Mai Tai — Hawaii

Brent Hofacker/Adobe homemade mai tai cocktail

While the Mai Tai is said to have been invented in the mainland United States, the recipe made its way to Hawaii around the 1940s, where it soon became a bar staple and a fan-favorite for tourists visiting the Aloha State.

The original drink calls for a mix of rum, rock candy syrup, lime, orange curaçao, and orgeat (pronounced or-zhat) syrup, though many Hawaiin Mai Tais will also include pineapple and orange juice.

Pisco Sour — Peru

Rina/Adobe traditional Peruvian pisco sour cocktail with a slice of lime

While the origin of the pisco sour has been hotly debated as well, it’s largely accepted that the drink was invented at a bar in Lima in the early 20th century.

The drink consists of pisco brandy, egg whites, bitters, lime juice, and sugar syrup — and it’s believed that it was created as an alternative to the whiskey sour.

Irish Coffee — Ireland

nolonely/Adobe delicious coffee with crean and cocoa

If you’re visiting Ireland, Guinness and Jameson are a must-try drinks, but you may want to try an Irish coffee as well. The drink, which mixes hot coffee with brown sugar, cream, and a shot of Irish whiskey (like Jameson), is said to have been invented by a bartender in County Limerick who was whipping up drinks for tired travelers in the 1940s.

The drink reportedly exploded in popularity after a travel writer brought the recipe back to a hotel in San Francisco.

New Orleans — Sazerac

Brent Hofacker/Adobe homemade new orleans sazerac cocktail

New Orleans’ signature drink, the Sazerac, was invented back in the early 1800s. Apparently, the drink was originally made of a French brandy called Sazerac-de-Forge et fils (which is where the drink gets its name), but somewhere along the line the brandy was replaced with whiskey.

Nowadays, the Sazerac is made with rye or bourbon, Herbsaint (an anise-flavored liqueur), bitters, a cube of sugar, and a lemon peel.

Kir Royale — France

barmalini/Adobe Kir Royal with platters of bread and cheese

It’s widely believed that the Kir cocktail, and the Kir Royale, were created as part of France’s resistance to Germany during World War II.

Legend has it that when Nazi soldiers confiscated Burgundy’s famous red wines, a priest named Felix Kir decided to create a cocktail using available dry white wine and mixing it with blackcurrant liqueur, which turned it red.

The Kir Royale, popular today, mixes one part blackcurrant liqueur with four parts Champagne.

Mint Julep — Kentucky

Julie/Adobe mint julep drinks in silver cups with red roses

Though the origins of the mint julep date back hundreds of years, it became the official drink of the Kentucky Derby in the 1980s and that is what it’s most known for today.

The simple, refreshing cocktail mixes rye and a splash of brandy with muddled fresh mint leaves, a sugar cube, and a dash of water.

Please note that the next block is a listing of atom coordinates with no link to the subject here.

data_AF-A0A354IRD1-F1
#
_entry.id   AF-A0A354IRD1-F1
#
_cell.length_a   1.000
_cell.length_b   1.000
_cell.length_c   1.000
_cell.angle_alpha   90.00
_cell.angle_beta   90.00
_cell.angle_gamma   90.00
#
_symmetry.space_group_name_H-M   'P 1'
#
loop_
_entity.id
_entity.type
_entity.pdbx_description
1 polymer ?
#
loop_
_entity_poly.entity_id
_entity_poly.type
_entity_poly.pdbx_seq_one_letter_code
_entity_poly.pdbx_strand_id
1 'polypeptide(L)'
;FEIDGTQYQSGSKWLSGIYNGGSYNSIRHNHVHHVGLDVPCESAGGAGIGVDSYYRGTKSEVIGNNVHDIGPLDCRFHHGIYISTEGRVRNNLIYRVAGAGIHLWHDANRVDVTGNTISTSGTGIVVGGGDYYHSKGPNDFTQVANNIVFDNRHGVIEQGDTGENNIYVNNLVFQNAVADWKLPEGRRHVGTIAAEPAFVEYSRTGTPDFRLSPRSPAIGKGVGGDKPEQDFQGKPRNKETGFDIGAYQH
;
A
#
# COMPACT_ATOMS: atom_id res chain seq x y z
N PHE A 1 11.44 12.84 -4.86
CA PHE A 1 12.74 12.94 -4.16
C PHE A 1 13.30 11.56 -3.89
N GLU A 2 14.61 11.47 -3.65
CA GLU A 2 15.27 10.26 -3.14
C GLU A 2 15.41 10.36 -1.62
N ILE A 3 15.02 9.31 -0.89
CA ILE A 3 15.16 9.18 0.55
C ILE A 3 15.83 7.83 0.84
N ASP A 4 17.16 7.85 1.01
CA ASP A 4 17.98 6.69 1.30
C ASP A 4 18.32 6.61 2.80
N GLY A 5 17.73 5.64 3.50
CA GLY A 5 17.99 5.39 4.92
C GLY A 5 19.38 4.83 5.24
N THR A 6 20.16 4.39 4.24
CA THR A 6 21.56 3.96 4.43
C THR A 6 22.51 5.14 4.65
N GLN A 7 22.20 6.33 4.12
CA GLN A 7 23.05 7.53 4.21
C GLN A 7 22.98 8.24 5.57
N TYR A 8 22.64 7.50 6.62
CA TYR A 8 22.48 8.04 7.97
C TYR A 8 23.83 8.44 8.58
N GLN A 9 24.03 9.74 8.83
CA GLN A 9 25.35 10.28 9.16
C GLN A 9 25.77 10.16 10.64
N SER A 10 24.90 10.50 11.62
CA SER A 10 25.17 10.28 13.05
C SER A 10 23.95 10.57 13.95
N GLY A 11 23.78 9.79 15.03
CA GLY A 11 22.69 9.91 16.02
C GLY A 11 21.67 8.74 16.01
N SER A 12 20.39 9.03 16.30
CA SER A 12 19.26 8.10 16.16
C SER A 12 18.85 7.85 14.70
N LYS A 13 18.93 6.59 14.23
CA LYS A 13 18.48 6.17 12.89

Spritzer — Austria

iuliia_n/Adobe spritzer cocktail with white wine mint and ice

Another popular summer drink, the Spritzer is thought to have originated in Austria at some point during the 19th century. The light and refreshing beverage is perhaps the easiest on this list to make on your own (making in the ideal staycation cocktail) as it simply mixes

three parts white wine with one part club soda.

B-52 — Canada

sad/Adobe B-52 drink

Rumor has it this famous Canadian cocktail, created in Alberta in the 1970s, was named after the band — known for timeless hits like “Love Shack” — of the same name.

And the drink — which stacks coffee, Irish cream, and orange-flavored liquors on top of each other in a shot glass — is just as fun.

Yogurt Soju — South Korea

Brent Hofacker/Adobe refreshing boozy korean yogurt soju cocktail

Soju, the national drink of Korea and the best-selling liquor in the world by volume, can certainly be sipped alone. The liquor is watered down and versatile, so it can be added to many different cocktails.

Yogurt soju cocktails are a popular choice. They combine the liquor with an Asian yogurt drink and a fizzy soda. Like vodka, soju also comes in different fruity flavors that can be substituted into this cocktail.

Bottom line

Mediteraneo/Adobe friends at the beach drinking cocktails having fun on summer vacation

Alcohol is a big part of cultural traditions all over the world. So if you are planning to travel in the near future, definitely make a list of the customary drinks and dishes at your destination. You may end up spending a lot on dining and drinks if abroad, but bringing along credit cards with no foreign transaction fees can help you save some cash along the way.

If you’re not traveling, most of the ingredients and alcohol listed here can be picked up at your local liquor store.

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Laura Gesualdi-Gilmore Laura Gesualdi-Gilmore is a seasoned freelance writer who also teaches writing courses at Rutgers University. She's based in Jersey City and enjoys travel, live music and, of course, spending quality time with her pup.